While I have been away from home for quite a while, I do not intend to leave you loyal BiggerPockets readers hanging — I’m here to make an appearance from abroad, and will do my best to bring you the latest “BiggerPockets International Edition” (like House Hunters International!)
As a real estate investor, we shouldn’t often limit ourselves to just our local markets alone. Good opportunities are extremely hard to come by in a local market at a specific time. While it is difficult to get familiar with a new market, let alone a new country, I think it is always beneficial as a real estate investor to consider, or at least monitor, other real estate markets all over the world. After all, I did make the move to Las Vegas from New York to invest in a market that, at the time, offered tremendous opportunity. I made a ton of mistakes and I still made money. What’s to say you can’t find another market with a similar opportunity to make a killing?
I’m currently in Chile, and unfortunately, the best time to invest in the Santiago real estate market had already passed. After having a pleasant chat with another real estate investor in Santiago, I learned not only more about the market, but had the opportunity to see the signs that called for either a prosperous real estate market or a property bubble that was slowly forming.
First of all, from a macroeconomic prospective, Chile has been prospering thanks to its main economy being dependent on copper prices (we probably often get frustrated by vagrants stealing copper wires in houses,) which have been quite high. The government favored investors and businesses, despite the fact that income inequality was quite high.
Second, Santiago contains nearly half the population of Chile and everyone, it seems, practically lives in Santiago. People are all moving to Santiago, whether they be Chinese, Koreans, Palestinians, Turkish, Africans, or Chileans from elsewhere. Apartment buildings are scattered all over the city and new ones are continually being constructed. After talking to a few residents, I realized rents have been rising at a tremendous pace as well. Some rates have gone up nearly 100% within the last 5 to 6 years, and as we know, higher rents are definitely a bonus for real estate investors. On the other hand, it is a bit concerning that Chileans are suddenly forced to pay so much.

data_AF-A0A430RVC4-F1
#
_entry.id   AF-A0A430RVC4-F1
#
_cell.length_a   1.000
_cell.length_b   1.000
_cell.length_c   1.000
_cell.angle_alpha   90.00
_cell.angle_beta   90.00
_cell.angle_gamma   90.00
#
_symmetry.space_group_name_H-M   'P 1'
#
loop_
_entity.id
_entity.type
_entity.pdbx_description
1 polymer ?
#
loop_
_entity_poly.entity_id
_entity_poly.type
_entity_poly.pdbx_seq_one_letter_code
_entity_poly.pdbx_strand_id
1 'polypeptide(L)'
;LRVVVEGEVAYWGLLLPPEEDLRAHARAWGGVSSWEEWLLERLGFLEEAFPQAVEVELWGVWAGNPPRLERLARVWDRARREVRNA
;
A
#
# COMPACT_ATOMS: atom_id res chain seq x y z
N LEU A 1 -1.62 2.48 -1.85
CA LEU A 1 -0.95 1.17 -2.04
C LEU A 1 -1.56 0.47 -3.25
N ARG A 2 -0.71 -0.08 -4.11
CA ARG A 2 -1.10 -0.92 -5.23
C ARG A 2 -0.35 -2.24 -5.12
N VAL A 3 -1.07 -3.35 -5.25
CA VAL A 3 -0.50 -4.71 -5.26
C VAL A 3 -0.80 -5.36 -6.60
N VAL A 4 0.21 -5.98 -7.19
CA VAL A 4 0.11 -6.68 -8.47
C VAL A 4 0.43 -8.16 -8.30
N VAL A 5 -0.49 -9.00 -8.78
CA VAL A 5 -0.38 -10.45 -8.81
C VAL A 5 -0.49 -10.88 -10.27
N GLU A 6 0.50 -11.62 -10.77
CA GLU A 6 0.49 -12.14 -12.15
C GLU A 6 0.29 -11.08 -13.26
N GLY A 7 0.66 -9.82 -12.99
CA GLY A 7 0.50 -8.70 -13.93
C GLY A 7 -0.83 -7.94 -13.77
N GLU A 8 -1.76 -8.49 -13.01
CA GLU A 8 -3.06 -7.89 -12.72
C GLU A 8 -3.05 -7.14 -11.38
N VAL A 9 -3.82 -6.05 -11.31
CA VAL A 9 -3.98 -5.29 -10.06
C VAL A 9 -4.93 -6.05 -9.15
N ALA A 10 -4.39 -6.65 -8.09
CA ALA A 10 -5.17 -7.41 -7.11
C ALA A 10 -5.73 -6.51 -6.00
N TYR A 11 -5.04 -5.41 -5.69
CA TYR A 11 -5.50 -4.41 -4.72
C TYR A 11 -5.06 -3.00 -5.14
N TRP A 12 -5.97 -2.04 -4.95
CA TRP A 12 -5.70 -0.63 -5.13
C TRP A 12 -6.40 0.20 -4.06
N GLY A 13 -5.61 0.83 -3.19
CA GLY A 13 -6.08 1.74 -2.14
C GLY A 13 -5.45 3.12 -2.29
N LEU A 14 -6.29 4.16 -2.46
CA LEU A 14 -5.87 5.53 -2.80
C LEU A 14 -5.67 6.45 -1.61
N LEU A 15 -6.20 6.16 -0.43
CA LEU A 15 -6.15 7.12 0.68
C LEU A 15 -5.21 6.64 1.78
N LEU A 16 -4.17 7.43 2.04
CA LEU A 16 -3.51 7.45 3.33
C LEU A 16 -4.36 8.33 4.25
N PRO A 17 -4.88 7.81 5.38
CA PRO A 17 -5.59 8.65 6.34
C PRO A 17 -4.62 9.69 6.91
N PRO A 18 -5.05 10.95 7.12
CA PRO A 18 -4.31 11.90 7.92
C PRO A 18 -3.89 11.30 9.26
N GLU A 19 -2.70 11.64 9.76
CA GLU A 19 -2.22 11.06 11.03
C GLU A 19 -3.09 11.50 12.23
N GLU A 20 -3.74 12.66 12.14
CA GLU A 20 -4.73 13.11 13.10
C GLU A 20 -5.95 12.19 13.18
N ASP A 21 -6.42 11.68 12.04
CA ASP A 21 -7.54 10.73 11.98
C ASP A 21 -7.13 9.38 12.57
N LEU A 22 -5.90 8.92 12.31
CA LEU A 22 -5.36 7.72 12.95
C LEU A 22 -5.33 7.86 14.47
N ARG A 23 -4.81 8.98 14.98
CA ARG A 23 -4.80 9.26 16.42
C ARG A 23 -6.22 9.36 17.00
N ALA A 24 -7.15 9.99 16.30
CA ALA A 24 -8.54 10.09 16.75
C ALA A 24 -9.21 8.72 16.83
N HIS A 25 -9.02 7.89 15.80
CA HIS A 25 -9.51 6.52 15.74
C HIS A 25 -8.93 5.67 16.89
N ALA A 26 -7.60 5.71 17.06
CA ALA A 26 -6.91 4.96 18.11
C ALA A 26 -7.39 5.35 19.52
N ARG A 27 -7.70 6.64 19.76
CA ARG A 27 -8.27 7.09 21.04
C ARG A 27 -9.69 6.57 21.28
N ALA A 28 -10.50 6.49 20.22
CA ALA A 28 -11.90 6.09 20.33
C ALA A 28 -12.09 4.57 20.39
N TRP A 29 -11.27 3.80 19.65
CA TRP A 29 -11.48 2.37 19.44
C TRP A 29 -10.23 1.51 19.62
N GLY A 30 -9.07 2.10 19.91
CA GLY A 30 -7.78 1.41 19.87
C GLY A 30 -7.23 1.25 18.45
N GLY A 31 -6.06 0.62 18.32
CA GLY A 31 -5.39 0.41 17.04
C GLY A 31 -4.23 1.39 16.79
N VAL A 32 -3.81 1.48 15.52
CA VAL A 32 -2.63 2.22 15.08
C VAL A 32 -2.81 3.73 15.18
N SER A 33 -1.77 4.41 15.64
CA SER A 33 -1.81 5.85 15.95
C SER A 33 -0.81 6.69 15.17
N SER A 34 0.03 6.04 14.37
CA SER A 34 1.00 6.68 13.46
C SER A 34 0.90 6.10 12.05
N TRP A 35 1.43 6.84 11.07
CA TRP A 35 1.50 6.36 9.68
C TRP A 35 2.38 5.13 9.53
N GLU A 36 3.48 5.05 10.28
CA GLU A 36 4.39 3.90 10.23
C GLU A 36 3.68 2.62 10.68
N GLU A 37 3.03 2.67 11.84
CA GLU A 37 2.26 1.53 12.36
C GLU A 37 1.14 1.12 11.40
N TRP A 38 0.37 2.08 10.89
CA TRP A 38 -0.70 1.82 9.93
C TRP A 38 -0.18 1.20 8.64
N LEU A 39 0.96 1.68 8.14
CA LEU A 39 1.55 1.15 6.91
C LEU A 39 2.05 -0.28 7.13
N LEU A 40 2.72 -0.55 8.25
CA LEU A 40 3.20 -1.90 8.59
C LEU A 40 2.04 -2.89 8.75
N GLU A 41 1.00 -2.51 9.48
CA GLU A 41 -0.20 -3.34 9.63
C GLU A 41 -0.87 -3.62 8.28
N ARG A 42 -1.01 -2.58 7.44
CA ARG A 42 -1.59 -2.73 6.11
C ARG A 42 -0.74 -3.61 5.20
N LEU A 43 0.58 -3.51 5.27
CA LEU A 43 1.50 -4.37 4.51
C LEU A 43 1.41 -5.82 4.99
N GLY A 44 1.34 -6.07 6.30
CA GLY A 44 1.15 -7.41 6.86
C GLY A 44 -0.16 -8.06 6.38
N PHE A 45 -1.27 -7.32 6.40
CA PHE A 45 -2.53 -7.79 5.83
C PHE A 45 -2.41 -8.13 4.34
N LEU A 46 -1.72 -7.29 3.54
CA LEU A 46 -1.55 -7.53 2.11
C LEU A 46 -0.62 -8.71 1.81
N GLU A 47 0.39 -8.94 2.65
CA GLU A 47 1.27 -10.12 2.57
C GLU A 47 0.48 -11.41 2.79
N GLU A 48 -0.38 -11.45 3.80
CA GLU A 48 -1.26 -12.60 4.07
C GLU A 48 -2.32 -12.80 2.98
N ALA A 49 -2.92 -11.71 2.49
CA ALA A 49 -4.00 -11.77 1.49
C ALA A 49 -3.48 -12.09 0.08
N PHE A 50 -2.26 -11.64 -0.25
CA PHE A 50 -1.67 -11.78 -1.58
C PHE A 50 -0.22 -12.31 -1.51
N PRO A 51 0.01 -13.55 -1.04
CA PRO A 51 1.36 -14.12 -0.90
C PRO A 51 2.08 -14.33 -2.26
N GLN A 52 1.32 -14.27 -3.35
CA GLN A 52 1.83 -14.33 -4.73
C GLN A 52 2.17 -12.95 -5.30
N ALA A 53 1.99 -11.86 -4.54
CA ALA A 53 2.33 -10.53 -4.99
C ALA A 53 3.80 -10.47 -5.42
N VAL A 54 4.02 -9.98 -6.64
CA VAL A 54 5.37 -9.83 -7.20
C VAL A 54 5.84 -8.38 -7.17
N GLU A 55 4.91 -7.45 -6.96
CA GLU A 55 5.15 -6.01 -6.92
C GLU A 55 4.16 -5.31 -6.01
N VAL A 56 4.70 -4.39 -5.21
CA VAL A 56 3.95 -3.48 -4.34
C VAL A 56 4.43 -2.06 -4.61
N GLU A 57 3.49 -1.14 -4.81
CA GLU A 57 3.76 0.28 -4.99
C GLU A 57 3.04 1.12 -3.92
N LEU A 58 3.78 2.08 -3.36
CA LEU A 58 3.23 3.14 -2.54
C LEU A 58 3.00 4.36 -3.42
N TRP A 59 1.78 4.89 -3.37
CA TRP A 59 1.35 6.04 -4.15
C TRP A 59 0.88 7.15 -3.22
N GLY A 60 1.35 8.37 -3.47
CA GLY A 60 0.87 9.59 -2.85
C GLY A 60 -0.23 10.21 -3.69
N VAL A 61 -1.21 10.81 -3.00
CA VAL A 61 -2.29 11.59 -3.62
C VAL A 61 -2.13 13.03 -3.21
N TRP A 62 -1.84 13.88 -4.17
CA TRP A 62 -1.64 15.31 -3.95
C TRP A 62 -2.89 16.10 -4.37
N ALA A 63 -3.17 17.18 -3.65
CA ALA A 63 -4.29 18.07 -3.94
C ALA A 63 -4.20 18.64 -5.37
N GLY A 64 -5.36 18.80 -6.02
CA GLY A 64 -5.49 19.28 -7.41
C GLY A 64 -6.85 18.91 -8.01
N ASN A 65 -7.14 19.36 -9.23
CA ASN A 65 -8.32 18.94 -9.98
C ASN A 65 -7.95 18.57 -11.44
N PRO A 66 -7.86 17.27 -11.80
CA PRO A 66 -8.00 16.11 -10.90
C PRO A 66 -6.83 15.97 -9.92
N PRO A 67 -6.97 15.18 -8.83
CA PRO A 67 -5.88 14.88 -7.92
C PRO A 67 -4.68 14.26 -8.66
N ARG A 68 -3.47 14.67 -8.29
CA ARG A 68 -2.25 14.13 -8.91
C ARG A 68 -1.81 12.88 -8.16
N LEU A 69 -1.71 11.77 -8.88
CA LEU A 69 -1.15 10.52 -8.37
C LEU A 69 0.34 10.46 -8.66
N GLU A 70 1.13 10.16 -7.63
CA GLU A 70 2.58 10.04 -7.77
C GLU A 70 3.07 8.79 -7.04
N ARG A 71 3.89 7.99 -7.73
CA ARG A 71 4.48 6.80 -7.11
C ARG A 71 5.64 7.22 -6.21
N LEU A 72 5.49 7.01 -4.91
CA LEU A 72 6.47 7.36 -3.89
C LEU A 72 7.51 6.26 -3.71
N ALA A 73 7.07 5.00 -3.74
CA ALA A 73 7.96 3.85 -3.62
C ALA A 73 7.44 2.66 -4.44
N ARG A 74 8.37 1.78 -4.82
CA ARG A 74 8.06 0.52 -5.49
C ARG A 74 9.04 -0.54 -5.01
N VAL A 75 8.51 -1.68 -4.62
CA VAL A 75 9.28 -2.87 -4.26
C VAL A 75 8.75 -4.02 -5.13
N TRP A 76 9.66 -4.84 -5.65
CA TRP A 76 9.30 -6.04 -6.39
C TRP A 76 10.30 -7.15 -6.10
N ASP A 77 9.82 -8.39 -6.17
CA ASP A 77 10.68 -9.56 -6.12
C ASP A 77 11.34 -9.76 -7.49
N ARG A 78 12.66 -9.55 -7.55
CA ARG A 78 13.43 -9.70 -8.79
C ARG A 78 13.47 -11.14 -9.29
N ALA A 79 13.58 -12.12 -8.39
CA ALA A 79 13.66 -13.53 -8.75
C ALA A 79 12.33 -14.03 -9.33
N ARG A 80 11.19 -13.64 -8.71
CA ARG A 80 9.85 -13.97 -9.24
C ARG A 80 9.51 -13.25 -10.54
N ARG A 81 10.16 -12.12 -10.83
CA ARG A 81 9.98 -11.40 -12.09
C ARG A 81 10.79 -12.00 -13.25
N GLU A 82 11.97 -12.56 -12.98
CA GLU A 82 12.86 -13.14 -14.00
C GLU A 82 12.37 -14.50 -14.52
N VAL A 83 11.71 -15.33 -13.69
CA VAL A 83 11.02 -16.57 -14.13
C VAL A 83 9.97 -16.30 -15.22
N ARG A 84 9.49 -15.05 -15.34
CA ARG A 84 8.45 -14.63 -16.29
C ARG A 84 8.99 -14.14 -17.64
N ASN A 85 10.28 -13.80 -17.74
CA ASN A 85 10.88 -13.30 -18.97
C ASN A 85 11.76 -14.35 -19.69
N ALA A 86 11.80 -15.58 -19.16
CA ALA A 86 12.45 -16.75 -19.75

With that in mind, it is interesting to note that 5 to 6 years ago in Chile, a typical mortgage would have a monthly payment that is nearly twice as high as rent. As a result, many Chileans preferred to rent rather than own. But now, with rents rising to the point where it is as much as mortgage is, suddenly Chileans are becoming much more interested in owning an apartment than in renting one.
Needless to say, housing prices, like rental prices, have gone up quite fast as well. The question is how much higher would housing prices go before they become unaffordable for Chileans? After all, the average salary, I hear, is about $1,000 USD a month, while a typical apartment now costs about $120,000. The average mortgage rate is around 7%! In just a quick glance we can deduce that housing prices are beginning to move beyond affordability for the average Chileans.
On the other hand, if Chileans begin to believe that housing prices are going to continue to go up, how likely will it be that they do everything in their powers to get a piece of a property now?
Fortunately, I hear that the banking system in Chile has not been as wild as the US banking system had been in the mid 2000s. Chilean banks still require a hefty down payment – hopefully that will stay the same. If the Chilean banking system opens the floodgates, it is highly likely that we will witness a property bubble similar to that of the US.
So, as of right now, I am still a bit wary about the Santiago real estate market. I don’t know if it will continue to rise or if it will stabilize. All I know is that I will invest in Santiago if the market ever goes through a crash. All the signs are eerily similar to Las Vegas during its heydays. So who knows, maybe in a few years the whole market there may crash. If it does, I don’t mind making a trip down there to invest in as much property as I can.
Photo: alobos Life